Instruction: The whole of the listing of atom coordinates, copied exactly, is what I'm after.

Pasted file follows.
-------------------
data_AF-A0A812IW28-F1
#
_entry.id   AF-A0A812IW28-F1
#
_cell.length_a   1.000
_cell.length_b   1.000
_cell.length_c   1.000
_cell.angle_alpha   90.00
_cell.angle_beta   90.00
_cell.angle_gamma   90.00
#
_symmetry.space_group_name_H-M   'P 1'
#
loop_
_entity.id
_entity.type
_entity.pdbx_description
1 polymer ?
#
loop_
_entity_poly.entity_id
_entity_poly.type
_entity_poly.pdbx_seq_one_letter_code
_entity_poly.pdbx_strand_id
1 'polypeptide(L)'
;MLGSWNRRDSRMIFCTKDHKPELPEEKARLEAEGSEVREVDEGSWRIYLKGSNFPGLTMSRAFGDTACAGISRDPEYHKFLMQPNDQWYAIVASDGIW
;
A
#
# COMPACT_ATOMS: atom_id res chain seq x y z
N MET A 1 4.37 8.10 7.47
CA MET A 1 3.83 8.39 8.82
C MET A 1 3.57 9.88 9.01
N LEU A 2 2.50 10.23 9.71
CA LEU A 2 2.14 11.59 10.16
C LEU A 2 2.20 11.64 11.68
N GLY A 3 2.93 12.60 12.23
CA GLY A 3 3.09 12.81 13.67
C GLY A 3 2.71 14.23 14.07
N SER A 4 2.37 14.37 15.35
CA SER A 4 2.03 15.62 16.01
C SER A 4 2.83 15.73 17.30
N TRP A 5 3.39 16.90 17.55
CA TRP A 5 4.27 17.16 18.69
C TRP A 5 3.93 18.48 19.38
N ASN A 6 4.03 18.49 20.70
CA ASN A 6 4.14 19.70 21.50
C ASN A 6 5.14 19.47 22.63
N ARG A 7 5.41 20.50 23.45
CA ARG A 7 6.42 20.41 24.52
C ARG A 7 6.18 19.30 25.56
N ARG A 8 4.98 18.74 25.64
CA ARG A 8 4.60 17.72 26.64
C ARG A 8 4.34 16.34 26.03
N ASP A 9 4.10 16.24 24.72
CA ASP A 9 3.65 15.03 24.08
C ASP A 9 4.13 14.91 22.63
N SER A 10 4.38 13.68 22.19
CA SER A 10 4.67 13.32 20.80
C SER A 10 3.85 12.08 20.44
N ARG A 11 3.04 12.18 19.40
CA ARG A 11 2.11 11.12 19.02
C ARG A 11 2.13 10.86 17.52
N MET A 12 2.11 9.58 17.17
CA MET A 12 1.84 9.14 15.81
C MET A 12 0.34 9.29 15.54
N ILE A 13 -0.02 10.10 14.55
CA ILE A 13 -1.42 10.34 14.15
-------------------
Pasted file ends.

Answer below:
data_AF-A0A812IW28-F1
#
_entry.id   AF-A0A812IW28-F1
#
_cell.length_a   1.000
_cell.length_b   1.000
_cell.length_c   1.000
_cell.angle_alpha   90.00
_cell.angle_beta   90.00
_cell.angle_gamma   90.00
#
_symmetry.space_group_name_H-M   'P 1'
#
loop_
_entity.id
_entity.type
_entity.pdbx_description
1 polymer ?
#
loop_
_entity_poly.entity_id
_entity_poly.type
_entity_poly.pdbx_seq_one_letter_code
_entity_poly.pdbx_strand_id
1 'polypeptide(L)'
;MLGSWNRRDSRMIFCTKDHKPELPEEKARLEAEGSEVREVDEGSWRIYLKGSNFPGLTMSRAFGDTACAGISRDPEYHKFLMQPNDQWYAIVASDGIW
;
A
#
# COMPACT_ATOMS: atom_id res chain seq x y z
N MET A 1 4.37 8.10 7.47
CA MET A 1 3.83 8.39 8.82
C MET A 1 3.57 9.88 9.01
N LEU A 2 2.50 10.23 9.71
CA LEU A 2 2.14 11.59 10.16
C LEU A 2 2.20 11.64 11.68
N GLY A 3 2.93 12.60 12.23
CA GLY A 3 3.09 12.81 13.67
C GLY A 3 2.71 14.23 14.07
N SER A 4 2.37 14.37 15.35
CA SER A 4 2.03 15.62 16.01
C SER A 4 2.83 15.73 17.30
N TRP A 5 3.39 16.90 17.55
CA TRP A 5 4.27 17.16 18.69
C TRP A 5 3.93 18.48 19.38
N ASN A 6 4.03 18.49 20.70
CA ASN A 6 4.14 19.70 21.50
C ASN A 6 5.14 19.47 22.63
N ARG A 7 5.41 20.50 23.45
CA ARG A 7 6.42 20.41 24.52
C ARG A 7 6.18 19.30 25.56
N ARG A 8 4.98 18.74 25.64
CA ARG A 8 4.60 17.72 26.64
C ARG A 8 4.34 16.34 26.03
N ASP A 9 4.10 16.24 24.72
CA ASP A 9 3.65 15.03 24.08
C ASP A 9 4.13 14.91 22.63
N SER A 10 4.38 13.68 22.19
CA SER A 10 4.67 13.32 20.80
C SER A 10 3.85 12.08 20.44
N ARG A 11 3.04 12.18 19.40
CA ARG A 11 2.11 11.12 19.02
C ARG A 11 2.13 10.86 17.52
N MET A 12 2.11 9.58 17.17
CA MET A 12 1.84 9.14 15.81
C MET A 12 0.34 9.29 15.54
N ILE A 13 -0.02 10.10 14.55
CA ILE A 13 -1.42 10.34 14.15